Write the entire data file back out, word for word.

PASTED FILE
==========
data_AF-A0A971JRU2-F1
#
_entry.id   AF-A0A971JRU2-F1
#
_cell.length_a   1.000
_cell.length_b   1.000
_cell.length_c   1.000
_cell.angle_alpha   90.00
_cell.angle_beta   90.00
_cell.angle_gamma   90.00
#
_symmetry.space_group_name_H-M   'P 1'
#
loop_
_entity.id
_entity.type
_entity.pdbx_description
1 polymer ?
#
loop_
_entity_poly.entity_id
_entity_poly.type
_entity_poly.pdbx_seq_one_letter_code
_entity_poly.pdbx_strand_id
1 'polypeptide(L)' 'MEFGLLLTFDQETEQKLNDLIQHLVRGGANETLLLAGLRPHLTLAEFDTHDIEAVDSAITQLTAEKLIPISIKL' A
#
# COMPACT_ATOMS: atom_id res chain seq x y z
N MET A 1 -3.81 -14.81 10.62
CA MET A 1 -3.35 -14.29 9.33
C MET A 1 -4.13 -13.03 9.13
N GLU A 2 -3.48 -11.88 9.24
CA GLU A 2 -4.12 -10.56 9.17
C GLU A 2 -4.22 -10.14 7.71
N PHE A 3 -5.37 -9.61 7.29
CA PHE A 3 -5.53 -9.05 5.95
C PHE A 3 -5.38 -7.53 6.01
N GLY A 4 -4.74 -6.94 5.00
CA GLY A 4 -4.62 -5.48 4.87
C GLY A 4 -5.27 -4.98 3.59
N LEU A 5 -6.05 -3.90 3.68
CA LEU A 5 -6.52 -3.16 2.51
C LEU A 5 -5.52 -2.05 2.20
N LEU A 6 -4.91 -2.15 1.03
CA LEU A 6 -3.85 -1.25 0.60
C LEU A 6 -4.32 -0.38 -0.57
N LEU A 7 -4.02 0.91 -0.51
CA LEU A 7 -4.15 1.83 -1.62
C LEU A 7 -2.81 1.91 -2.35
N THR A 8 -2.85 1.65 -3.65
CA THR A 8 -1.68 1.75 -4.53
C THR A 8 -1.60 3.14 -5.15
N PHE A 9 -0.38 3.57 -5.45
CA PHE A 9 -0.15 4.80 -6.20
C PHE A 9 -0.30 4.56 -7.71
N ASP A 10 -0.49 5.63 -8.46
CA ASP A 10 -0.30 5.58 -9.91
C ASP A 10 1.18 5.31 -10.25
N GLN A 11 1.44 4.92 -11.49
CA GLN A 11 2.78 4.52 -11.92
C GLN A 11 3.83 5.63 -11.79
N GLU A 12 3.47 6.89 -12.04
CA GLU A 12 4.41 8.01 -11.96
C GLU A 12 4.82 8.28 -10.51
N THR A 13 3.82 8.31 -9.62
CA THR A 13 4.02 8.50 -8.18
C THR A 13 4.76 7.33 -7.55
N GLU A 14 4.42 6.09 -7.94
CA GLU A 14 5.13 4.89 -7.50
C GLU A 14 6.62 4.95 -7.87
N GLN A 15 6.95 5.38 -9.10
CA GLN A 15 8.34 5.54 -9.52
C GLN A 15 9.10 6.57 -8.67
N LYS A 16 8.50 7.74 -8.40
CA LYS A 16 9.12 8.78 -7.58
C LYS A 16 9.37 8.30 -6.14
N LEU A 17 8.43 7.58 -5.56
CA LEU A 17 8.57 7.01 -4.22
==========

data_AF-A0A971JRU2-F1
#
_entry.id   AF-A0A971JRU2-F1
#
_cell.length_a   1.000
_cell.length_b   1.000
_cell.length_c   1.000
_cell.angle_alpha   90.00
_cell.angle_beta   90.00
_cell.angle_gamma   90.00
#
_symmetry.space_group_name_H-M   'P 1'
#
loop_
_entity.id
_entity.type
_entity.pdbx_description
1 polymer ?
#
loop_
_entity_poly.entity_id
_entity_poly.type
_entity_poly.pdbx_seq_one_letter_code
_entity_poly.pdbx_strand_id
1 'polypeptide(L)' 'MEFGLLLTFDQETEQKLNDLIQHLVRGGANETLLLAGLRPHLTLAEFDTHDIEAVDSAITQLTAEKLIPISIKL' A
#
# COMPACT_ATOMS: atom_id res chain seq x y z
N MET A 1 -3.81 -14.81 10.62
CA MET A 1 -3.35 -14.29 9.33
C MET A 1 -4.13 -13.03 9.13
N GLU A 2 -3.48 -11.88 9.24
CA GLU A 2 -4.12 -10.56 9.17
C GLU A 2 -4.22 -10.14 7.71
N PHE A 3 -5.37 -9.61 7.29
CA PHE A 3 -5.53 -9.05 5.95
C PHE A 3 -5.38 -7.53 6.01
N GLY A 4 -4.74 -6.94 5.00
CA GLY A 4 -4.62 -5.48 4.87
C GLY A 4 -5.27 -4.98 3.59
N LEU A 5 -6.05 -3.90 3.68
CA LEU A 5 -6.52 -3.16 2.51
C LEU A 5 -5.52 -2.05 2.20
N LEU A 6 -4.91 -2.15 1.03
CA LEU A 6 -3.85 -1.25 0.60
C LEU A 6 -4.32 -0.38 -0.57
N LEU A 7 -4.02 0.91 -0.51
CA LEU A 7 -4.15 1.83 -1.62
C LEU A 7 -2.81 1.91 -2.35
N THR A 8 -2.85 1.65 -3.65
CA THR A 8 -1.68 1.75 -4.53
C THR A 8 -1.60 3.14 -5.15
N PHE A 9 -0.38 3.57 -5.45
CA PHE A 9 -0.15 4.80 -6.20
C PHE A 9 -0.30 4.56 -7.71
N ASP A 10 -0.49 5.63 -8.46
CA ASP A 10 -0.30 5.58 -9.91
C ASP A 10 1.18 5.31 -10.25
N GLN A 11 1.44 4.92 -11.49
CA GLN A 11 2.78 4.52 -11.92
C GLN A 11 3.83 5.63 -11.79
N GLU A 12 3.47 6.89 -12.04
CA GLU A 12 4.41 8.01 -11.96
C GLU A 12 4.82 8.28 -10.51
N THR A 13 3.82 8.31 -9.62
CA THR A 13 4.02 8.50 -8.18
C THR A 13 4.76 7.33 -7.55
N GLU A 14 4.42 6.09 -7.94
CA GLU A 14 5.13 4.89 -7.50
C GLU A 14 6.62 4.95 -7.87
N GLN A 15 6.95 5.38 -9.10
CA GLN A 15 8.34 5.54 -9.52
C GLN A 15 9.10 6.57 -8.67
N LYS A 16 8.50 7.74 -8.40
CA LYS A 16 9.12 8.78 -7.58
C LYS A 16 9.37 8.30 -6.14
N LEU A 17 8.43 7.58 -5.56
CA LEU A 17 8.57 7.01 -4.22